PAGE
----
Last update: 24-Apr-2014 12:29 am
Thursday, April 24, 2014
Trinidad & Tobago Guardian Online
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Everybody planting same thing
Last week this column touched on the gradual disappearance of indigenous fruits from our lives. An appropriate corollary to that perspective is an examination of our jokey agriculture sector. First though, an observation on the alarming spike in fast-food consumption. It has become apparent that the time-honoured tradition of “Sunday lunch” is also beginning to fade. Who could have imagined that fast-food joints peddling boring vittles would actually be packing them in on a Sunday?
I saw a French chef on television saying “You can’t force people to go into the kitchen, you have to inspire them…” A visit to our farmers’ markets, at least for me, only inspires a desire to give up and buy a burger. I’m no purist, but I tend to get irritated when encountering everything from haberdashery to pirate DVDs in the market. Guys, newsflash here: if you are buying cologne in the market, you gat no game!
The real problem in the markets is the depressing sameness and the dreadful quality of the available produce. It is not unusual to go from one market to the next to be confronted by heaps of fresh herbs. Vendors sitting side by side, all selling bundles of chadon beni, Spanish thyme and parsley. Come on, man! Even drug dealers know to space themselves out.
The story of vegetables is much the same. Mountains and mountains of lettuce. Behind them a small, elderly woman is fussing with a woven basket at her feet. What do you think she is doing? That’s right, she’s bundling more bloody lettuce! Others are selling those tiny dry tomatoes. Everywhere else it is baigan, ochro and pimento peppers in yuh skin!
Farmers in this country, for the most part, stick with short crops for the fast money. Consequently, there is no diversity in the fare being churned out by the agriculture sector. Additionally, they do it so poorly that their goods will only be purchased by people who think that a cauliflower is supposed to be the size of an actual flower.
It is entirely conceivable that some entity at one time or another has tried to convey the importance of proper marketing to local farmers, but our farmers are an independent bunch. By independent I mean they don’t really care what anyone has to say. That’s why when purchasing ginger in the market you have to clean it, not with a washcloth but a chisel, for all the dirt has been left behind. Their job is to get the produce there, yours is to sort through the mud to find your dasheen.
Government mega-farms were meant in part to deal with this lack of diversity. Shockingly, they produced the same crops the farmers do, thereby competing with them! To this day they haven’t got the formula right and I was quite disappointed to hear that the focus is now onions and carrots.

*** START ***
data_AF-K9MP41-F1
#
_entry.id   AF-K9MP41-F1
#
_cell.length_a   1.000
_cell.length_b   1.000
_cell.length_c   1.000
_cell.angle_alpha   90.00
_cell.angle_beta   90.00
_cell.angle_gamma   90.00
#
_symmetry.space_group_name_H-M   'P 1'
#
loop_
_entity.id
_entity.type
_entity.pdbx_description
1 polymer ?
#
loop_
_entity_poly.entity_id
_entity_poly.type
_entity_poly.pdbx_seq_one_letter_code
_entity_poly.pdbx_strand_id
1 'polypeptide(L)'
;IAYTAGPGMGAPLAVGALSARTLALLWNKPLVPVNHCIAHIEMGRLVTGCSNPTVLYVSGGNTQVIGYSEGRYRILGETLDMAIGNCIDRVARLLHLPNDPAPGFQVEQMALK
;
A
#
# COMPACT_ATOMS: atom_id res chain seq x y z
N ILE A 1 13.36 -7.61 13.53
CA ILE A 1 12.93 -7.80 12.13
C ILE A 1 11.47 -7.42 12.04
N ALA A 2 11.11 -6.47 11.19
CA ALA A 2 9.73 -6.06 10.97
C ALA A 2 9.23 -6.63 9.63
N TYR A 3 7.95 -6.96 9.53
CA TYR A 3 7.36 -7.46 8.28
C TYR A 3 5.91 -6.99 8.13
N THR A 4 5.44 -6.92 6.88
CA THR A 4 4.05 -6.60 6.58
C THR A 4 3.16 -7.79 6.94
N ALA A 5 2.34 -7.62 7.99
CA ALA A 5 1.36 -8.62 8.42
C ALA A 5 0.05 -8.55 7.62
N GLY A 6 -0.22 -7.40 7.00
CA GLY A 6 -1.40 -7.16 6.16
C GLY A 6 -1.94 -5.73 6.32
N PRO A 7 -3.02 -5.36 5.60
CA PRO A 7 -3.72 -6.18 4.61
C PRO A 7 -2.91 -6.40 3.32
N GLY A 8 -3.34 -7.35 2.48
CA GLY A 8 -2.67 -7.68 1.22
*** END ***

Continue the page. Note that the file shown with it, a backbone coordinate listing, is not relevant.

We pride ourselves on being able to consume peppers so fiery they would corrode the oesophageal lining of lesser mortals. I’ve actually seen people eating food, then taking a bite out of a hot pepper as if it were a pickle. We invented a pepper concoction cheekily named “mother-in-law” which is out of this world.
Yet our local manufacturing industry, which produces pepper sauce, is only able to count on a mere fraction of its pepper input from local farmers. The rest is imported as pepper mash from other countries. It’s not that Matouk’s does not want local peppers; the local sector simply cannot meet the demand. This country boasts of having the hottest pepper on the planet, the scorpion pepper, yet the rest of the world is more familiar with India’s “ghost pepper.”
Spanish oil firm Repsol piloted an innovative scheme in the Mayaro area to encourage greenhouse farming. While it is still in its nascent stages, this concept, which began with sweet peppers, seems to be ably tackling issues of land space, pest control and quality control. Farmers chosen for this project do not use the chemicals deployed by the rest of the sector. Their techniques are the latest advances in agricultural science.
The rest of the farming community routinely applies an expensive, toxic cocktail of pesticides that probably comes very close to the Agent Orange used in the Vietnam war. More importantly, Repsol has negotiated with a major distributor to purchase all of their sweet peppers, a consistent market for a high-quality product. The Ministry of Agriculture under Vasant Bharath was attempting to create a farmers’ registry so that an appreciation could be had for who was growing what.
Farmers felt this was too intrusive; a fear of having to pay taxes was probably responsible for their discomfort. Suffice it to say while the Government has to shoulder some blame for the poor state of agriculture and in this country, local farmers must provide the other shoulder. What should a disappointed consumer do? Just go to the nearest chicken joint, I suppose.
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